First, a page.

Gore was upset that he had not been interviewed for any of the three positions. After receiving a right-to-sue letter from the Equal Employment Opportunity Commission, he sued the University, alleging age and gender discrimination. The district court dismissed Gore's age discrimination claim on sovereign immunity grounds. Gore does not appeal this ruling and rightly so. See Kimel v. Florida Bd. of Regents, 528 U.S. 62, 73, 120 S.Ct. 631, 145 L.Ed.2d 522 (2000) (finding that the Age Discrimination in Employment Act was not appropriate legislation to enforce section five of the Fourteenth Amendment and therefore did not abrogate the states' sovereign immunity).
The University moved for summary judgment on Gore's remaining sex discrimination claim at the close of discovery. The district court granted the motion, precipitating this appeal.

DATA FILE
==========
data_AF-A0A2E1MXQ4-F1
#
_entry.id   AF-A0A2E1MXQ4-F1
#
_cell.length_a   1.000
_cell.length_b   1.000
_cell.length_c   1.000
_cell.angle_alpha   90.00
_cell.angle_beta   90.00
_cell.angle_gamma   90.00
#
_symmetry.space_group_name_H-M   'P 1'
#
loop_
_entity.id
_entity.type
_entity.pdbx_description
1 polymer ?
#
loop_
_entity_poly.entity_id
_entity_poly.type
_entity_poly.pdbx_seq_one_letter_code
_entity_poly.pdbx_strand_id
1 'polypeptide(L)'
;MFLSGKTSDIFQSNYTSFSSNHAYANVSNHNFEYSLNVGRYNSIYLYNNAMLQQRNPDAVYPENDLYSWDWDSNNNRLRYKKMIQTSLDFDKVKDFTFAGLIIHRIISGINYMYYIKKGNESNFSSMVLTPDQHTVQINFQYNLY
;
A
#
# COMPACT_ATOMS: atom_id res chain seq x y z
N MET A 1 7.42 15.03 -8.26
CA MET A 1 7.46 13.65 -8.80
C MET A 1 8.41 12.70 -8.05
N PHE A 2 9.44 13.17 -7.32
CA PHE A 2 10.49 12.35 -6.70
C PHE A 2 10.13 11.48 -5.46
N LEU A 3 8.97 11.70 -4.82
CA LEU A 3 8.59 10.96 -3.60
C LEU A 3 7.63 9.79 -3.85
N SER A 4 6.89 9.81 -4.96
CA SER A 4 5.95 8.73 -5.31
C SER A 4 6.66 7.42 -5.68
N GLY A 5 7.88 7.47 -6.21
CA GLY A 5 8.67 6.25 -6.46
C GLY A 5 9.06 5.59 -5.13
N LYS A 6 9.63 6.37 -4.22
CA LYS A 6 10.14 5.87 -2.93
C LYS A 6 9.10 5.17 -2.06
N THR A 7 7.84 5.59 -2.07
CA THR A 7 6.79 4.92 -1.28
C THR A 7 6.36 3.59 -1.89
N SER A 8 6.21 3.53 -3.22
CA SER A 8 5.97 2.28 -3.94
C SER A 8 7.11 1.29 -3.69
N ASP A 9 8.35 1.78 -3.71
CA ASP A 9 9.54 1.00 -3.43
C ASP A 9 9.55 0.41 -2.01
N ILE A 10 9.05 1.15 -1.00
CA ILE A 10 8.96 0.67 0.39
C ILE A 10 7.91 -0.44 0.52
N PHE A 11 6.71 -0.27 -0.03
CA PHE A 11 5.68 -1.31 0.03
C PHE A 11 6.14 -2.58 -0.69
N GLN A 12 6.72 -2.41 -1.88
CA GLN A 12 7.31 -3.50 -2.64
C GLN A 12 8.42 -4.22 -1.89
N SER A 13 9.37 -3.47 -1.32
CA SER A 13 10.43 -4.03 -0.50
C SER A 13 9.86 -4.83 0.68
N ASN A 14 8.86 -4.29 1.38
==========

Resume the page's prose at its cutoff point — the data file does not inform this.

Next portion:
Title VII of the Civil Rights Act of 1964 provides that it “shall be an unlawful employment practice for an employer ․ to fail or refuse to hire or to discharge any individual, or otherwise to discriminate against any individual with respect to his compensation, terms, conditions, or privileges of employment, because of such individual's ․ sex.” 42 U.S.C. § 2000e-2(a)(1). To prevail on his sex discrimination claim, Gore must either show direct evidence of discriminatory motive or intent, or rely on the indirect burden-shifting method outlined in McDonnell Douglas Corp. v. Green, 411 U.S. 792, 93 S.Ct. 1817, 36 L.Ed.2d 668 (1973). Gore relies solely on the latter option. Under this approach, a plaintiff must present evidence tending to show: (1) he is a member of a protected class; (2) he applied for, and was qualified for, an open position; (3) the employer rejected him for the position; and (4) the employer filled the position with an individual outside of the plaintiff's protected class, or the position remained vacant. See, e.g., Bennett v. Roberts, 295 F.3d 687, 694 (7th Cir.2002). If the plaintiff can establish these four elements, the defendant has an opportunity to articulate a legitimate, nondiscriminatory reason for its action. If the defendant does so, the burden shifts back to the plaintiff and he must offer evidence showing that the defendant's excuse is pretextual. Id. at 694-95.